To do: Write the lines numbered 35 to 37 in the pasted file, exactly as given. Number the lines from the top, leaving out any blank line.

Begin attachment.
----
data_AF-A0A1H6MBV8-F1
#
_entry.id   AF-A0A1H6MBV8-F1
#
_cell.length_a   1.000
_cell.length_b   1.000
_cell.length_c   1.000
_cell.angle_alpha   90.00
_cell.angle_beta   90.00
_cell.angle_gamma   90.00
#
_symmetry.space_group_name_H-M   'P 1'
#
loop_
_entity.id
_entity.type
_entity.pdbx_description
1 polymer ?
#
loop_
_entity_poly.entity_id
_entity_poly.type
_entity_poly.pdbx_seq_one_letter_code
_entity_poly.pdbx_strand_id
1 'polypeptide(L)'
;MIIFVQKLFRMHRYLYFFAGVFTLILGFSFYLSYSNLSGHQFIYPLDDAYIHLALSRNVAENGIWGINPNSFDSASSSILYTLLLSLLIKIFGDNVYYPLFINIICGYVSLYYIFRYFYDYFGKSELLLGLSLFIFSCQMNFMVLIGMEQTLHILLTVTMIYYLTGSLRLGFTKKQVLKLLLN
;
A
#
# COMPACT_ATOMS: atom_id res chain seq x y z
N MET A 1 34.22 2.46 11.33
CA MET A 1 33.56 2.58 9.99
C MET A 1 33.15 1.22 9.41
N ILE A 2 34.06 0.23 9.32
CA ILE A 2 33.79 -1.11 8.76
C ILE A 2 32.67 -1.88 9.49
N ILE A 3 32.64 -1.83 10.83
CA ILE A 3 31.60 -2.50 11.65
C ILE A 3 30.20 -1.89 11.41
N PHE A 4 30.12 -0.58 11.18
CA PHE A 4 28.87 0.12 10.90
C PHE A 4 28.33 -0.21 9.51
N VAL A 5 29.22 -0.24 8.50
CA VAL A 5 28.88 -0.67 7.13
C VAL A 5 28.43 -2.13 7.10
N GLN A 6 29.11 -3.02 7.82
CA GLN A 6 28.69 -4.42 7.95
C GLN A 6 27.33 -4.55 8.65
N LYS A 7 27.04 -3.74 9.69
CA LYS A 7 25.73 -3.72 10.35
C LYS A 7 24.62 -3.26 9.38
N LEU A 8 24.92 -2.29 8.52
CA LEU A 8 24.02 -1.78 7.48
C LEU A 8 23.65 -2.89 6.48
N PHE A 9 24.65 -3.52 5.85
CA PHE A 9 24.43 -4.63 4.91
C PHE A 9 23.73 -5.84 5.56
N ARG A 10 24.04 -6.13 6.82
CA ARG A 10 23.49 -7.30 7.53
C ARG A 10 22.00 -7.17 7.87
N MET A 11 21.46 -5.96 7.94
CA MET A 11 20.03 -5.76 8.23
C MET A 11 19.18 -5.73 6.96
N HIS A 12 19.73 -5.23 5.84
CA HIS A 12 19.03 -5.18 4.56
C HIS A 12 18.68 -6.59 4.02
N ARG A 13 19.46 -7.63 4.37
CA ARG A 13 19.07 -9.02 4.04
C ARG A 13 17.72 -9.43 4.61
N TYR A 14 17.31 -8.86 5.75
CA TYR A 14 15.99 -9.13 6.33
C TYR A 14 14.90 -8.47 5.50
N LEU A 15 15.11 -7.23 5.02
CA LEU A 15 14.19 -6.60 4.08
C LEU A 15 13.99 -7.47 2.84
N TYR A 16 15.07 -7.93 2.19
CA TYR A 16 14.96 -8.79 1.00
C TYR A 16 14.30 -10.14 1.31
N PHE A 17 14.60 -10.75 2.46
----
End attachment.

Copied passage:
CA ILE A 2 33.79 -1.11 8.76
C ILE A 2 32.67 -1.88 9.49
N ILE A 3 32.64 -1.83 10.83